Luckily for us, we aren't the only Vermeer-lovers in our village, and a neighbour who had preceded us to The Hague by a fortnight gave us some tactical advice. We positioned ourselves near each successive picture and simply inched forward as the crowd round it gradually moved on to the next. Not ideal, perhaps; but there were compensations.
We saw each painting first from afar, and at different angles as we drew nearer. We also enjoyed the reactions of our peers: neither chaotic nor hysterical, most were attentive and eager before each work, but in very different ways - some lecturing a companion, some studiously scrutinising each detail, some diligently taking notes, some standing raptly silent.
As for the "timed entrance", we had expected to spend an hour and a half (only 23 pictures, after all), but after nearly three hours we left only to avert dehydration or starvation. Throughout our visit no one hurried us along.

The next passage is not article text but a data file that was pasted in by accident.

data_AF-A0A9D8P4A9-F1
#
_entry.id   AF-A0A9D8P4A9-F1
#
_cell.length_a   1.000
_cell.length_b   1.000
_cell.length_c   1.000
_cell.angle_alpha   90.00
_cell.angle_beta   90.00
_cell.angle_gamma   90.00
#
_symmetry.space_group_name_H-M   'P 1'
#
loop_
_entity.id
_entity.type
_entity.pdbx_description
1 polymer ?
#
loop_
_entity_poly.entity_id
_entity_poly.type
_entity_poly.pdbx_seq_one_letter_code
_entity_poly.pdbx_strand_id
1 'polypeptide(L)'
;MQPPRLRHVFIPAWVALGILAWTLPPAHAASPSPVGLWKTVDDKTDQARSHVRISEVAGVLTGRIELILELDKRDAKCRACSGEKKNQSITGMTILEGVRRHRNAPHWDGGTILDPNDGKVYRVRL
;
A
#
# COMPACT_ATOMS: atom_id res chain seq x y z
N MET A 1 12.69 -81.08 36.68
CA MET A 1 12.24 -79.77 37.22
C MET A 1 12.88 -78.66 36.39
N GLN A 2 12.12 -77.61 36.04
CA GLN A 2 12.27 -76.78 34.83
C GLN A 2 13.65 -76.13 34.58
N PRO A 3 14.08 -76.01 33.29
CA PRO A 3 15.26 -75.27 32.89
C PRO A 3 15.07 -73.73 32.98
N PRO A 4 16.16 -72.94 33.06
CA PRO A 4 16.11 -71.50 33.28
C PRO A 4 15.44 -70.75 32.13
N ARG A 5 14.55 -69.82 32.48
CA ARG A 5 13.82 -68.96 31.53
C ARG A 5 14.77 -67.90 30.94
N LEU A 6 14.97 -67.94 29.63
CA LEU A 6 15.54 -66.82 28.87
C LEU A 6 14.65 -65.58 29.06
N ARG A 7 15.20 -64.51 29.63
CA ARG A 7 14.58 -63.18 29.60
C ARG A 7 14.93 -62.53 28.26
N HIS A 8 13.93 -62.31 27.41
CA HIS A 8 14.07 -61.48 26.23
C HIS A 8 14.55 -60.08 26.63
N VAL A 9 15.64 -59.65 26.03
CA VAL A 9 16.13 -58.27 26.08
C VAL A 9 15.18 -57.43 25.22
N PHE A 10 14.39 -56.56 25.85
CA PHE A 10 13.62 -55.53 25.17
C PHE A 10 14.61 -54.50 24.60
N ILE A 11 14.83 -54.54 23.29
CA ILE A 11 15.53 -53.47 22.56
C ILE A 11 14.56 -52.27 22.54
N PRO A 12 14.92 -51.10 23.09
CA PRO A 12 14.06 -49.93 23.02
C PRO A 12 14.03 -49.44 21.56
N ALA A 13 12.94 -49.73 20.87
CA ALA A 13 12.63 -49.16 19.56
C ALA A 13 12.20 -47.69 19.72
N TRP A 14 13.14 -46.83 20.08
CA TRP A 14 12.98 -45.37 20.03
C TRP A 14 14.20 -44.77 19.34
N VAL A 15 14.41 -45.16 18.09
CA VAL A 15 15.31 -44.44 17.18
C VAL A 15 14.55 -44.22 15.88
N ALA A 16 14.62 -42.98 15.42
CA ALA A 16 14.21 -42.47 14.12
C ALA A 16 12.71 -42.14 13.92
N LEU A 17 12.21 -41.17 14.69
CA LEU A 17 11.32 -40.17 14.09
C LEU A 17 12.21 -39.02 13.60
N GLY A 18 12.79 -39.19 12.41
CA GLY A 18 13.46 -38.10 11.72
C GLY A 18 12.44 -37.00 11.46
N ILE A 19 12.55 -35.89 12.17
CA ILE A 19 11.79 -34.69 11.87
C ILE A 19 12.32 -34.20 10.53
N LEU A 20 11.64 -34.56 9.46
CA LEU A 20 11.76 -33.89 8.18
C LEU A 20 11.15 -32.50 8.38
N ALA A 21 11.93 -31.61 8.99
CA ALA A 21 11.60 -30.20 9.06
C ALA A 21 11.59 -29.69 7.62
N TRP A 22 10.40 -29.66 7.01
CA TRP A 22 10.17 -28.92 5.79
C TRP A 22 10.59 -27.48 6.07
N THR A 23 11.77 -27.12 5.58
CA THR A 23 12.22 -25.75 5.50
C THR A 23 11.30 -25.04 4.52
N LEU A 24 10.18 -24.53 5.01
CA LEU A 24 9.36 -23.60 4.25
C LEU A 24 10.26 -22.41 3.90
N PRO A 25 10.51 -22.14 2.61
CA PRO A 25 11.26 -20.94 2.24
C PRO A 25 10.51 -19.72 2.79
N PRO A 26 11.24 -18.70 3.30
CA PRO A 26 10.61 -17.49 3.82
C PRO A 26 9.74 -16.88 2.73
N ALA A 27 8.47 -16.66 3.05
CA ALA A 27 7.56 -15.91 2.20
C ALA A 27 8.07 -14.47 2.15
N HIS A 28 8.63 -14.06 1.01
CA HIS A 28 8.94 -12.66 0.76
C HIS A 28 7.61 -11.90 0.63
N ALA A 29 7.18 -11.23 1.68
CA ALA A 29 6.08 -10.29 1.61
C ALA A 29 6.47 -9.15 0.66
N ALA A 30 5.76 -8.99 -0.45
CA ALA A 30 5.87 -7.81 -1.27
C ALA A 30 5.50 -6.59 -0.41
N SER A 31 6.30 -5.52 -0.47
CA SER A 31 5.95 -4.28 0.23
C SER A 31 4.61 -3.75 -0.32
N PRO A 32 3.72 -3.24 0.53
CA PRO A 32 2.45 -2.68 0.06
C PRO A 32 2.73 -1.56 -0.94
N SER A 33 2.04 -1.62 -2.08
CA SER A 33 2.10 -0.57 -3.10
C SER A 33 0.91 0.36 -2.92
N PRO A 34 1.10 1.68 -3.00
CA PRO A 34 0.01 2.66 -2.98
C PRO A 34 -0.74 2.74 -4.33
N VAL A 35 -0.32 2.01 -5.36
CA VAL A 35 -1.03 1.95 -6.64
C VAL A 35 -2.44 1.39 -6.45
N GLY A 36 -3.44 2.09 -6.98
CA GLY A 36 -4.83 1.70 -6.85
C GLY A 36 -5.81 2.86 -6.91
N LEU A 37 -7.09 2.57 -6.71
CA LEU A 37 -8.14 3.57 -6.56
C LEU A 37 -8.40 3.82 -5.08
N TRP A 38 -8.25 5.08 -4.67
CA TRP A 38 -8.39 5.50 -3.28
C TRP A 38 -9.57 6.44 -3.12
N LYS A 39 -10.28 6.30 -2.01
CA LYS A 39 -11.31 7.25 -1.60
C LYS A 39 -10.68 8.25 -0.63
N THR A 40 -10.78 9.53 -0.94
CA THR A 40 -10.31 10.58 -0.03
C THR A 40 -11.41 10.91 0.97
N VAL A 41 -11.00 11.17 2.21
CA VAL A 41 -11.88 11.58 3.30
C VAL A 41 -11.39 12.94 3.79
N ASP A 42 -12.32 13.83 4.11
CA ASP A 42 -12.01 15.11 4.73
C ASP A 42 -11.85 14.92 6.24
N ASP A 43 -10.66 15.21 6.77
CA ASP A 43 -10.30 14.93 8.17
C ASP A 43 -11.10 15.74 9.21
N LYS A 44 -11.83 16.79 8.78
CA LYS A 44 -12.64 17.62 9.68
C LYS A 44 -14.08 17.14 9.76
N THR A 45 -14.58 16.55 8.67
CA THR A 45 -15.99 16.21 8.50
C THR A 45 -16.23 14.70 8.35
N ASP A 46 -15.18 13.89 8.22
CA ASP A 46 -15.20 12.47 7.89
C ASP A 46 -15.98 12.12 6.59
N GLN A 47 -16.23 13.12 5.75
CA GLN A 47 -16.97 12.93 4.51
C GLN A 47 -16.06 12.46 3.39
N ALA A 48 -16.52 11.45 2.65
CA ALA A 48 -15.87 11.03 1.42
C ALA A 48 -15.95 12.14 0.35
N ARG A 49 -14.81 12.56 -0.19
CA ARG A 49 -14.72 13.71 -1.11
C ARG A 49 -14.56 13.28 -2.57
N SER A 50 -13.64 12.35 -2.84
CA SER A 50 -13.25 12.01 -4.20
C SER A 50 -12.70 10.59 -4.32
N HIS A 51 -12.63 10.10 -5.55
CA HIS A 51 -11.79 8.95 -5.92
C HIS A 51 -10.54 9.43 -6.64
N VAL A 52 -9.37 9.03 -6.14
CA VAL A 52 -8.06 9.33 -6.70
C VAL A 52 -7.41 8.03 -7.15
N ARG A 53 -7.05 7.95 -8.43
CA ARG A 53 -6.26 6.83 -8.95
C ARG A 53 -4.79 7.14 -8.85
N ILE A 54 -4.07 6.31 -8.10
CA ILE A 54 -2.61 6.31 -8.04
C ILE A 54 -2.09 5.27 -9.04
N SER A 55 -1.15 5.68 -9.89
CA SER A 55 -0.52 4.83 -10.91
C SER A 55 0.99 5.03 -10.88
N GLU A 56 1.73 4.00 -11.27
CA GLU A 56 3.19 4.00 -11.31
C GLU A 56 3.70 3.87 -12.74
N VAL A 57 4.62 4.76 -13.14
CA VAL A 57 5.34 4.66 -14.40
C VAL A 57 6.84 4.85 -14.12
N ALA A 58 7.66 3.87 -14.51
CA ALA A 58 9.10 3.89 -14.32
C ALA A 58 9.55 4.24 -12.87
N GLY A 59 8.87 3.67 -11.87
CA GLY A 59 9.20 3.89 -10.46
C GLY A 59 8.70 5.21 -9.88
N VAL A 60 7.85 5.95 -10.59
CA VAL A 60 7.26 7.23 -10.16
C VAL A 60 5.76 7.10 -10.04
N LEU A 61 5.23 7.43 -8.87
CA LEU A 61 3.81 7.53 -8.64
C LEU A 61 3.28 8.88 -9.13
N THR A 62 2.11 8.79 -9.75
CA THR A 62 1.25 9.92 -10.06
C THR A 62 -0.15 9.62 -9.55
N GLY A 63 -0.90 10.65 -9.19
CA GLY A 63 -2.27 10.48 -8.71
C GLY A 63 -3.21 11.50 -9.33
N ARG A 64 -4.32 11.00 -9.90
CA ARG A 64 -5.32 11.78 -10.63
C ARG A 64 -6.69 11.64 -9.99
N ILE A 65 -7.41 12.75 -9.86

As we look back on the exhibition and talk it over, we find that Ms Droth's "serenity and stillness" don't quite hit the mark. We saw (but had never really seen in any reproduction) a kind of still tension, a focused energy which creates movement. And it occurs to us now that Vermeer himself found this compact intensity amidst a townscape of bustling activity more diverse and chaotic than anything in the Mauritshuis this spring.
Eric Van Tassel
Jane Van Tassel
Fowlmere, CambridgeshireReuse content